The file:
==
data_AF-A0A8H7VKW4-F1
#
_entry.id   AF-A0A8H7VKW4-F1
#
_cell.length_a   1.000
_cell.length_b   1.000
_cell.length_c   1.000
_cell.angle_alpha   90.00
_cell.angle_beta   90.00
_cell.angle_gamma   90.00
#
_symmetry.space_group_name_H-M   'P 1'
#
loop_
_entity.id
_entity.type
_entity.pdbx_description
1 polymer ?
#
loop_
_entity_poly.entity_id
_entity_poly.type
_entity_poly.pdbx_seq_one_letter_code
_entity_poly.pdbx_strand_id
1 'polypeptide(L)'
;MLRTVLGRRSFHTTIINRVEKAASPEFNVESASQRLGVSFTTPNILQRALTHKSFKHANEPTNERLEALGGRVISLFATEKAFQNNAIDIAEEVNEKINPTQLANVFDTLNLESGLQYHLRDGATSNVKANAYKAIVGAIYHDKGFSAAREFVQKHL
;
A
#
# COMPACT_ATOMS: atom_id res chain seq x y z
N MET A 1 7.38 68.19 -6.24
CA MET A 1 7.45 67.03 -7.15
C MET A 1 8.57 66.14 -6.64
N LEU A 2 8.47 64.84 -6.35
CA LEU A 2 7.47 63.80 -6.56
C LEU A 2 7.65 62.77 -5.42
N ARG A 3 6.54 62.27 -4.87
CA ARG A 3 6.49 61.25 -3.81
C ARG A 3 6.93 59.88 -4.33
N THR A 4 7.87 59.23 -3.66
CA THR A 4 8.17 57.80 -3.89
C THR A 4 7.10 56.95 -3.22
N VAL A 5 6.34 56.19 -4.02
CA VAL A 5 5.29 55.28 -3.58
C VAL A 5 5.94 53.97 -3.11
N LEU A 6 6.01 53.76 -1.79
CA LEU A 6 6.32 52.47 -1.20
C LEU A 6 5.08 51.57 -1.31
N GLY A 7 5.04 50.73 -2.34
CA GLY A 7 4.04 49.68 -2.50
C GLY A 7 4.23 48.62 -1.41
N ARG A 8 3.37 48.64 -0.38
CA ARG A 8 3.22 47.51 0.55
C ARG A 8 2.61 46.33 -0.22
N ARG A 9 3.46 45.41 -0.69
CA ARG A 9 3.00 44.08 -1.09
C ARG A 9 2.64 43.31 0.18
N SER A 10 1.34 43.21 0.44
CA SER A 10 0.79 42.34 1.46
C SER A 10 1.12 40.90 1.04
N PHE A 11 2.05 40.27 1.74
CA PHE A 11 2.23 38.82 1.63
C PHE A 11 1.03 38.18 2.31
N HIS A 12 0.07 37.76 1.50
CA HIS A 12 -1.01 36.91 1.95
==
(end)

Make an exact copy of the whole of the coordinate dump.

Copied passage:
data_AF-A0A8H7VKW4-F1
#
_entry.id   AF-A0A8H7VKW4-F1
#
_cell.length_a   1.000
_cell.length_b   1.000
_cell.length_c   1.000
_cell.angle_alpha   90.00
_cell.angle_beta   90.00
_cell.angle_gamma   90.00
#
_symmetry.space_group_name_H-M   'P 1'
#
loop_
_entity.id
_entity.type
_entity.pdbx_description
1 polymer ?
#
loop_
_entity_poly.entity_id
_entity_poly.type
_entity_poly.pdbx_seq_one_letter_code
_entity_poly.pdbx_strand_id
1 'polypeptide(L)'
;MLRTVLGRRSFHTTIINRVEKAASPEFNVESASQRLGVSFTTPNILQRALTHKSFKHANEPTNERLEALGGRVISLFATEKAFQNNAIDIAEEVNEKINPTQLANVFDTLNLESGLQYHLRDGATSNVKANAYKAIVGAIYHDKGFSAAREFVQKHL
;
A
#
# COMPACT_ATOMS: atom_id res chain seq x y z
N MET A 1 7.38 68.19 -6.24
CA MET A 1 7.45 67.03 -7.15
C MET A 1 8.57 66.14 -6.64
N LEU A 2 8.47 64.84 -6.35
CA LEU A 2 7.47 63.80 -6.56
C LEU A 2 7.65 62.77 -5.42
N ARG A 3 6.54 62.27 -4.87
CA ARG A 3 6.49 61.25 -3.81
C ARG A 3 6.93 59.88 -4.33
N THR A 4 7.87 59.23 -3.66
CA THR A 4 8.17 57.80 -3.89
C THR A 4 7.10 56.95 -3.22
N VAL A 5 6.34 56.19 -4.02
CA VAL A 5 5.29 55.28 -3.58
C VAL A 5 5.94 53.97 -3.11
N LEU A 6 6.01 53.76 -1.79
CA LEU A 6 6.32 52.47 -1.20
C LEU A 6 5.08 51.57 -1.31
N GLY A 7 5.04 50.73 -2.34
CA GLY A 7 4.04 49.68 -2.50
C GLY A 7 4.23 48.62 -1.41
N ARG A 8 3.37 48.64 -0.38
CA ARG A 8 3.22 47.51 0.55
C ARG A 8 2.61 46.33 -0.22
N ARG A 9 3.46 45.41 -0.69
CA ARG A 9 3.00 44.08 -1.09
C ARG A 9 2.64 43.31 0.18
N SER A 10 1.34 43.21 0.44
CA SER A 10 0.79 42.34 1.46
C SER A 10 1.12 40.90 1.04
N PHE A 11 2.05 40.27 1.74
CA PHE A 11 2.23 38.82 1.63
C PHE A 11 1.03 38.18 2.31
N HIS A 12 0.07 37.76 1.50
CA HIS A 12 -1.01 36.91 1.95